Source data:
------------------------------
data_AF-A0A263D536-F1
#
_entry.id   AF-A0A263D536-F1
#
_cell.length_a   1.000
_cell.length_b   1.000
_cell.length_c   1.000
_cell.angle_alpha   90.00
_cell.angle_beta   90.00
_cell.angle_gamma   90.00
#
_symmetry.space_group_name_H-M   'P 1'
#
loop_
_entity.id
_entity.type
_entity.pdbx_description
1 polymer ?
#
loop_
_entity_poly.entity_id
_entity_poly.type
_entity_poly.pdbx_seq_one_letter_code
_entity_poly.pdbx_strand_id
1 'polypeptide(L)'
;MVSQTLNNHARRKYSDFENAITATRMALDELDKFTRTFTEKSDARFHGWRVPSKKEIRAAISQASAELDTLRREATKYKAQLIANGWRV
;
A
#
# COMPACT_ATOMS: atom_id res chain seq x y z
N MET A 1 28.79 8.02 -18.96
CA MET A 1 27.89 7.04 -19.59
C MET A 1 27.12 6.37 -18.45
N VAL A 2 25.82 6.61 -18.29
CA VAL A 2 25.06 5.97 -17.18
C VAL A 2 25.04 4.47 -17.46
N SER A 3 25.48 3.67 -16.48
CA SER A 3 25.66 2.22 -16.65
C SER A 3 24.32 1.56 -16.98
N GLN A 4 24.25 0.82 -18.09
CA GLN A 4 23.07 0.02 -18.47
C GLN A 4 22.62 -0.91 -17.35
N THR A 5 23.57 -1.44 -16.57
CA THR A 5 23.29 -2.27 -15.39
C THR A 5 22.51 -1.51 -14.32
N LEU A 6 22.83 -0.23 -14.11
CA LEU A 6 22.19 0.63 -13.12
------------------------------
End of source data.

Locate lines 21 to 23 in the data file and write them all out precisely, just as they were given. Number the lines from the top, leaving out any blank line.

_entity_poly.entity_id
_entity_poly.type
_entity_poly.pdbx_seq_one_letter_code